I don't have much to add here, but to add to what has been said about caution, I did want to bring something up which might give a Christian (though particularly Eastern Orthodox) reason to be careful about condemning something as demonic. St. Symeon the New Theologian said that the statement "blasphemy against the Holy Ghost shall not be forgiven" (Matt. 12:31) in the New Testament spoke of denying or denigrating God's activity in the world. In other words, if God does something like a miracle, you are committing an unforgivable sin by attacking it. So, if you accept that thought of St. Symeon, it'd be best to be extremely careful about attributing miracles (levitation, etc.) to an evil source.
Not that I disagree with what you've written here, but how then do we treat those who have denied or denounced miracles, then repented of this? Surely the repentance in their lives is a testimony to God's forgiveness. Take Lew Wallace, for example, who actively sought to disprove the Resurrection, yet in his search for evidence against Christianity was convinced of its truth. His novel Ben-Hur: A Tale of the Christ is the result of this journey.

I guess what I'm saying is that I can't see even the attribution of God's work to demons as unforgivable, because one can, at least in theory, repent of even that. Maybe I'm not looking at it the right way, but I've always felt the only unforgivable sin, the one that grieves the Holy Spirit, is unrepentance.
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« Reply #31 on: October 29, 2009, 04:24:06 PM »


I believe my collegue to be an almost reliable source: being an atheist and science expert he is tendentially more neutral and rational then a person believing in the supernatural.

In Christ,  Alex

I don't want to veer off topic, but I respectfully disagree with the premise of your statement here. Atheists are not inherently more neutral than theists. To attribute all unexplained phenomena to purely naturalistic causes is as superstitious and narrow minded as attributing all that is unexplainable to the supernatural.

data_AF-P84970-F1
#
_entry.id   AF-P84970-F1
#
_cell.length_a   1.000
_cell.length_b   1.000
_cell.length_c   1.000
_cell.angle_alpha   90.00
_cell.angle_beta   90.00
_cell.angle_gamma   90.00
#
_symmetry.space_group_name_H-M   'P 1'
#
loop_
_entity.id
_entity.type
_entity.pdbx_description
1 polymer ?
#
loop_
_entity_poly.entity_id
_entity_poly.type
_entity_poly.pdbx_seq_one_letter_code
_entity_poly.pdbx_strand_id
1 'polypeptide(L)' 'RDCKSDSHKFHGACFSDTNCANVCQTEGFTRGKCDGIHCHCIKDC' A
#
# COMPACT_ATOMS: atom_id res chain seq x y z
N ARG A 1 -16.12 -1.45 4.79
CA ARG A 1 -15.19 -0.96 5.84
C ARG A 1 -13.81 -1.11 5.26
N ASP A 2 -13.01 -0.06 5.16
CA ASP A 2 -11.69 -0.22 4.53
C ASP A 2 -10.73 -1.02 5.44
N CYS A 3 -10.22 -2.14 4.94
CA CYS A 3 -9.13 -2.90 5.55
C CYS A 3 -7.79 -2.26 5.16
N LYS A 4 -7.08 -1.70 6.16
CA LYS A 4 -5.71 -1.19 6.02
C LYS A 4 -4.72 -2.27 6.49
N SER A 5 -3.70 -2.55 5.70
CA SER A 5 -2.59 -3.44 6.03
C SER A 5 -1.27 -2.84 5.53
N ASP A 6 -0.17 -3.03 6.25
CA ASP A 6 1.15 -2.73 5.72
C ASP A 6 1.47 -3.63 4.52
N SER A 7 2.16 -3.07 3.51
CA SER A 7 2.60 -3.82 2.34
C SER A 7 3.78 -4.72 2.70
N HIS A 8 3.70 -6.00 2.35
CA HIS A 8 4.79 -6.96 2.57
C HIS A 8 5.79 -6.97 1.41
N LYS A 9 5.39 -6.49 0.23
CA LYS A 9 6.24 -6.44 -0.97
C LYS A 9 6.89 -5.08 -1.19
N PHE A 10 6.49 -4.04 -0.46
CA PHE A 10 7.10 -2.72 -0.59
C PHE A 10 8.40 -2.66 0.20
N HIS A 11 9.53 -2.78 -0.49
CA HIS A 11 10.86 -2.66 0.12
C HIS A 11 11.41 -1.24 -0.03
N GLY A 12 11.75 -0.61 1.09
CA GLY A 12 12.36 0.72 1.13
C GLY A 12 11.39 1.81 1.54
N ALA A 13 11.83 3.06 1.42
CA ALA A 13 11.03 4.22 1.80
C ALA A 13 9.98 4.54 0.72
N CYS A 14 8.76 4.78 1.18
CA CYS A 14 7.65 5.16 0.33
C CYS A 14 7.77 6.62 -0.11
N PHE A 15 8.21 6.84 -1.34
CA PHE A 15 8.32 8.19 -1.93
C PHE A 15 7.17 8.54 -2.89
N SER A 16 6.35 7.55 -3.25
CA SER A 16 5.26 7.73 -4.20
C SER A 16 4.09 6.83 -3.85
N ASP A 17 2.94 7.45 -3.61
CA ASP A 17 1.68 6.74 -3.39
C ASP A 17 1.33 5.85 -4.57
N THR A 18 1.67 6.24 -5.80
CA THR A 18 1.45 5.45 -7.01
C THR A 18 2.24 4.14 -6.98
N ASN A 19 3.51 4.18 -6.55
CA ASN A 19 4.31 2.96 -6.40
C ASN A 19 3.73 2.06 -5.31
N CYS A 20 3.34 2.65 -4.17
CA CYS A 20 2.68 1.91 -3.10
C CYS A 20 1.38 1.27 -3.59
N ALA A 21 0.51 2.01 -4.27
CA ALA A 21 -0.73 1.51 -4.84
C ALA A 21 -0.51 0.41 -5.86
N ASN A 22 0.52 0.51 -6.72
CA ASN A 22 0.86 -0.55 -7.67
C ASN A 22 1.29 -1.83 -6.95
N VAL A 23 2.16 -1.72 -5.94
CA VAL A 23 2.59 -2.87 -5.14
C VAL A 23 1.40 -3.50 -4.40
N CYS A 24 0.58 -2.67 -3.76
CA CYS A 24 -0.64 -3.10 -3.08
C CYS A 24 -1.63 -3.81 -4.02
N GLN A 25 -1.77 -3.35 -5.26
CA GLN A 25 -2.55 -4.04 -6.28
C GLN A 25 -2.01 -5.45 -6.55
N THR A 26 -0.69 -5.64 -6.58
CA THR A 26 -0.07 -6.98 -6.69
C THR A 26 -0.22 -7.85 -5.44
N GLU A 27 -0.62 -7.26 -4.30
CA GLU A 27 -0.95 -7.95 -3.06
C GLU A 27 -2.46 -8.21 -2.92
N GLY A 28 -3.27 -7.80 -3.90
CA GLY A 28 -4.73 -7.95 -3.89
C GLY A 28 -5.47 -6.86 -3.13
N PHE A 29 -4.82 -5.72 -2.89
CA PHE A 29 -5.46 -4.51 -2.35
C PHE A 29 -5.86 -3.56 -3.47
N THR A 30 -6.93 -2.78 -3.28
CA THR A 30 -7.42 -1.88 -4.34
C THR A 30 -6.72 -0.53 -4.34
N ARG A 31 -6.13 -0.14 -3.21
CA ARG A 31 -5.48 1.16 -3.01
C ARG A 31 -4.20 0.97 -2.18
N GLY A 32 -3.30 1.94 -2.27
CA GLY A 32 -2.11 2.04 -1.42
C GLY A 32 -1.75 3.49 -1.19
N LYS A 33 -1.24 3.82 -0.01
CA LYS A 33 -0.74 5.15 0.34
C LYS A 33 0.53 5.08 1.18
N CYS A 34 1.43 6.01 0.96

Selam 
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« Reply #32 on: October 30, 2009, 08:33:50 AM »


I believe my collegue to be an almost reliable source: being an atheist and science expert he is tendentially more neutral and rational then a person believing in the supernatural.

In Christ,  Alex

I don't want to veer off topic, but I respectfully disagree with the premise of your statement here. Atheists are not inherently more neutral than theists. To attribute all unexplained phenomena to purely naturalistic causes is as superstitious and narrow minded as attributing all that is unexplainable to the supernatural.

Selam 
My collegue's atheism certifies that he isn't so impressionable as a superstitious person. The event he witnessed helped him approach differently to a belief in that supernatural side of the world just because he COULDN'T explain what he saw in a rational fashion. There were no instruments implied by his master to simulate levitation and as a relationalistic atheistic science-believer he had to stop and say to himself: "That's impossible, but I saw it".
A believer can or cannot be superstitious, of course, but seen that they affirm something which is technically if not irrational at least to be accepted by faith, makes many of them regard supernatural things as miracles. Many people have showed the same errors with shaman-like figures (many of which even claim to be Christians!) just because they saw them levitating: often they don't even try to find a logic explanation because "they believe it". I wouldn't say this myself if I hadn't seen this attitude so many times, so trust me, this occurs often.
Btw, "attributing all that is unexplainable to the supernatural" is certainly not the attitude of my collegue: he has just an opener mind towards religion and supernatural then he had 15 years ago when he saw his master levitating.

In Christ,   Alex
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« Reply #33 on: October 30, 2009, 11:57:03 PM »

From a less religious perspective, I've sometimes wondered about things like levitation. We know that people can do extraordinary things under certain circumstances, such as a person suviving a fall from a balcony many floors up. But there are generally scientifically explainable reasons that things like this can happen. Thus far, some things seem to happen, even though there isn't really an explanation (or perhaps even a credible idea) about how exactly it happens. Is that proof that there is something "other" at work? I don't think it's proof, but it is something to think about, even for a skeptic like me.
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« Reply #34 on: October 31, 2009, 12:11:54 AM »

From a less religious perspective, I've sometimes wondered about things like levitation. We know that people can do extraordinary things under certain circumstances, such as a person suviving a fall from a balcony many floors up. But there are generally scientifically explainable reasons that things like this can happen. Thus far, some things seem to happen, even though there isn't really an explanation (or perhaps even a credible idea) about how exactly it happens. Is that proof that there is something "other" at work? I don't think it's proof, but it is something to think about, even for a skeptic like me.